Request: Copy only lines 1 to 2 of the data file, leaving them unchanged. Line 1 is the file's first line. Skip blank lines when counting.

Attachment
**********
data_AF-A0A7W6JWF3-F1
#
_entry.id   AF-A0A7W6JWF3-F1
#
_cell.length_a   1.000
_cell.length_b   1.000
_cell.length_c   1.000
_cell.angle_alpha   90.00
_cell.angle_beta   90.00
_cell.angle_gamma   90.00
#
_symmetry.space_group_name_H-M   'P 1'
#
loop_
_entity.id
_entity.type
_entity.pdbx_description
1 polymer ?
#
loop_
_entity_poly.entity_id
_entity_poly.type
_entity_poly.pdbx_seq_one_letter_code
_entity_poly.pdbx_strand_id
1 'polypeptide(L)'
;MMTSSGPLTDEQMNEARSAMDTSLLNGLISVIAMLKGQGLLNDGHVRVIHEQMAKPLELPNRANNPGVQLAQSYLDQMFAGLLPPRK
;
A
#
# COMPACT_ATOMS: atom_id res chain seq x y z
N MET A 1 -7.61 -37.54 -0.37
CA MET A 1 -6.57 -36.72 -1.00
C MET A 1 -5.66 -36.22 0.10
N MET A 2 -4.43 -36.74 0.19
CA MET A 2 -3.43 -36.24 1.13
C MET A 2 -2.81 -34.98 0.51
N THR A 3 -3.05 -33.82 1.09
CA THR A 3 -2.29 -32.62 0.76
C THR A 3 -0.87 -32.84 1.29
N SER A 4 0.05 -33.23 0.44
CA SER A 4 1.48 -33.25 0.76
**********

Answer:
data_AF-A0A7W6JWF3-F1
#